American Interiors: Beneath the Surfaces of Natural History in Early U.S. Writing.

Show simple item record Carr, Alison L. en_US 2015-05-14T16:25:22Z NO_RESTRICTION en_US 2015-05-14T16:25:22Z 2015 en_US 2015 en_US
dc.description.abstract This dissertation examines natural interiors – spaces below visible surfaces of bodies and land – in the scientific and cultural literature of the early United States. My archive of scientific societies’ transactions, personal letters, journals, advertisements, as well as more familiar works like Jefferson’s Notes on the State of Virginia and Bartram’s Travels, shows early U.S. writers engaging with subjects excluded from or “unpremeditated” by typical organizational apparatuses of natural history: the collection, the classification grid, the geodetic system. Instead, they present the un- or partially perceptible interior as critical to ontological and epistemological understanding: a space within an outwardly visible form that differs substantively – either in its hollowness or its contents – from the surface but is nevertheless essential to and inextricable from the whole of the form in question. This pervasive sense of physical interiority challenges historiographies of both early national natural history, generally understood as explaining the natural world by classifying its surfaces, as well as that of the early republic’s preoccupation with things hidden: secret conspiracies and disguised identities that threatened to undo the representations on which the new nation was structured. I argue, however, that these interiors resist and problematize the possibility of representation itself, because interior and exterior never match – not as a function of dichotomized truth and falsity, but rather as a function of the essential multiplicity of identity: of animal and human bodies, of the physical earth – forms which are irreducibly multi-layered and ceaselessly shifting. Furthermore, I contend that this awareness of internal process and transformation develops prior to or separately from the nineteenth-century intellectual movements typically associated with it: comparative anatomical and geological study, European Romanticism, or the Emersonian erosion of subject/object dualism within American literature. This interiorized thinking, proceeding not linearly from point to point, but elliptically, internally, and a-rationally, is seen in the tracings of the embodied eye, the infectious fascination of American writers and readers, the a-linear, multi-branched skeletal frame of the mammoth and its “framed” history of submerged monuments and chronologically displaced and displacing discoverers, and the hyper-linear narrative threads of sub-geographies and chronologies. en_US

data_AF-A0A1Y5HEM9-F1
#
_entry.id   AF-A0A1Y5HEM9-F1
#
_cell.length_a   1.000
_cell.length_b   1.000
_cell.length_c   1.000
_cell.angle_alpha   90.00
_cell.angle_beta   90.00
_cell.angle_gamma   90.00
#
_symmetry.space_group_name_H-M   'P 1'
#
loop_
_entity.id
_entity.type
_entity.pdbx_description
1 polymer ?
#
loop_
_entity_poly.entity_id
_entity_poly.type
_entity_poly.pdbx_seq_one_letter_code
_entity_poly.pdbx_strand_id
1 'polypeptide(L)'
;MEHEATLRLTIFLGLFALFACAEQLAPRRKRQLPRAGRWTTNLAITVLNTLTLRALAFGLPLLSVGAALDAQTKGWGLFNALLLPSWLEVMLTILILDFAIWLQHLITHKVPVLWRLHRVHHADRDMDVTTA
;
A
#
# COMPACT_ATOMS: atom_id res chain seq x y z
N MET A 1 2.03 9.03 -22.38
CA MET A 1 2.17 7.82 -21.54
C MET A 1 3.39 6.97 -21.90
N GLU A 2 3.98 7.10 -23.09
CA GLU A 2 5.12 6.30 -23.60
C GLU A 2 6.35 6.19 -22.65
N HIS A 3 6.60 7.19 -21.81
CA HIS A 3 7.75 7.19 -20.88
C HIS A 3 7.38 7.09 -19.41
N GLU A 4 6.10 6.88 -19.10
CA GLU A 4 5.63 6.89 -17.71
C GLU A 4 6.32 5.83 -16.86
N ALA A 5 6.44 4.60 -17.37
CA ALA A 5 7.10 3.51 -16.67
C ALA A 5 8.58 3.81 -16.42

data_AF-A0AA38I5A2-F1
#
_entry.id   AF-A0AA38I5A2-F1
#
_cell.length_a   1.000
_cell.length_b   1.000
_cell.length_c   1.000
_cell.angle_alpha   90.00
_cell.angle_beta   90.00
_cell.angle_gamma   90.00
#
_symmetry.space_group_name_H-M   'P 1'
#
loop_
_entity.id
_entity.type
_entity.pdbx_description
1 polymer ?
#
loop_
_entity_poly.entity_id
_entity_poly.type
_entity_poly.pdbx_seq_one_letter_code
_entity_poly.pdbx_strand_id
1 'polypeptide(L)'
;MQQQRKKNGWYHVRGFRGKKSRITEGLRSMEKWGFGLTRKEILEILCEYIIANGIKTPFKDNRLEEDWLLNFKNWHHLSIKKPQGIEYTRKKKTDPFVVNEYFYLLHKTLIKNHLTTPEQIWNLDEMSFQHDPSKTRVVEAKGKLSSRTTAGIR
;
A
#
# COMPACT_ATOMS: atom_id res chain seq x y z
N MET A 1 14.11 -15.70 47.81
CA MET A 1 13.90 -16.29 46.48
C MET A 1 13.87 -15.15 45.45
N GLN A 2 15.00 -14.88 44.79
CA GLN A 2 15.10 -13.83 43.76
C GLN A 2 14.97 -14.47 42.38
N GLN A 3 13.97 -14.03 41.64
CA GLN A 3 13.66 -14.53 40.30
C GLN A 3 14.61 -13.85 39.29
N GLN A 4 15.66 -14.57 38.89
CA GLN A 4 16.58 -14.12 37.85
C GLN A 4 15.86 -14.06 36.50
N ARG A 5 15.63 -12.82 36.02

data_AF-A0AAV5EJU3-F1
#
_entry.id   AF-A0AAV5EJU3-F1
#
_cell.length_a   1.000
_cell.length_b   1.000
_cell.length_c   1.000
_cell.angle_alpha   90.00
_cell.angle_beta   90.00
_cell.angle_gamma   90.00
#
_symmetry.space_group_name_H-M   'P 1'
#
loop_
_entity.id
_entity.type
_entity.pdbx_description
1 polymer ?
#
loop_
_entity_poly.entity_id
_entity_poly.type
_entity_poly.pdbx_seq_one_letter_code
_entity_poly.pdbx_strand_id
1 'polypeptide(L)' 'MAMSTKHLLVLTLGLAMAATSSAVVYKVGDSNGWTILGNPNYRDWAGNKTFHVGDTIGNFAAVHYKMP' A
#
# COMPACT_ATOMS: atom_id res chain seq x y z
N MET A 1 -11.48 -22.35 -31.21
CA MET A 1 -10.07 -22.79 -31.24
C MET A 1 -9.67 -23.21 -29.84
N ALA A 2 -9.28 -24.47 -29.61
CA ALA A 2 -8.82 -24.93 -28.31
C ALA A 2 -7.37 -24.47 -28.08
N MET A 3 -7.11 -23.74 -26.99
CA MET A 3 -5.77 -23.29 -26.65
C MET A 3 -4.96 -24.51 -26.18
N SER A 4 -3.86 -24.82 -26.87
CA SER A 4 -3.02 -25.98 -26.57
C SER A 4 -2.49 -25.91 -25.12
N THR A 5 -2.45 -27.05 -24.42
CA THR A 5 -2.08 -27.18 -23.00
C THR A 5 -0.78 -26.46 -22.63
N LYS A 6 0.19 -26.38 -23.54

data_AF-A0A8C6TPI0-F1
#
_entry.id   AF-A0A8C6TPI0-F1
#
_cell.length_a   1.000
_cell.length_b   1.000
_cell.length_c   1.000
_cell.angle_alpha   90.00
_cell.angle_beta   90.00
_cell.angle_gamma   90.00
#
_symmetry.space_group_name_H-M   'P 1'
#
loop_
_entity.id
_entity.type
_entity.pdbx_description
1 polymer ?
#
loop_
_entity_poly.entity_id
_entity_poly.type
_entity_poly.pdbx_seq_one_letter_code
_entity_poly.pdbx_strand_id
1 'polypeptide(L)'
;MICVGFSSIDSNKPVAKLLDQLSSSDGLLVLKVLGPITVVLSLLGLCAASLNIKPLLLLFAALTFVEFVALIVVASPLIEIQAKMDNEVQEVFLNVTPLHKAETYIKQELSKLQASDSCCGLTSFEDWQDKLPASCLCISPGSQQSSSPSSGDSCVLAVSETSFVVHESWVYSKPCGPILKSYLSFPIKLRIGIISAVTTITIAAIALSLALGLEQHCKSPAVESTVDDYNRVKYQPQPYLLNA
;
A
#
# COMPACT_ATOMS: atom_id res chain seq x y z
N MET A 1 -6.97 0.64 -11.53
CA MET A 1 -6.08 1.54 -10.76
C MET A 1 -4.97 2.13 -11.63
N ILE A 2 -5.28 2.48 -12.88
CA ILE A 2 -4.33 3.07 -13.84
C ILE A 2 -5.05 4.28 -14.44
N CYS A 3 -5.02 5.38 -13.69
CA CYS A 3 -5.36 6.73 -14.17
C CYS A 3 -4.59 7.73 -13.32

dc.language.iso en_US en_US
dc.subject U.S. Literature en_US
dc.subject History of Science - Eighteenth-Century en_US
dc.title American Interiors: Beneath the Surfaces of Natural History in Early U.S. Writing. en_US
dc.type Thesis en_US
dc.description.thesisdegreename PHD en_US
dc.description.thesisdegreediscipline English Language and Literature en_US
dc.description.thesisdegreegrantor University of Michigan, Horace H. Rackham School of Graduate Studies en_US
dc.contributor.committeemember Parrish, Susan Scott en_US
dc.contributor.committeemember Carson, John S. en_US
dc.contributor.committeemember Larson, Kerry C. en_US
dc.contributor.committeemember Silver, Sean R. en_US
dc.subject.hlbsecondlevel English Language and Literature en_US
dc.subject.hlbtoplevel Humanities en_US
dc.owningcollname Dissertations and Theses (Ph.D. and Master's)
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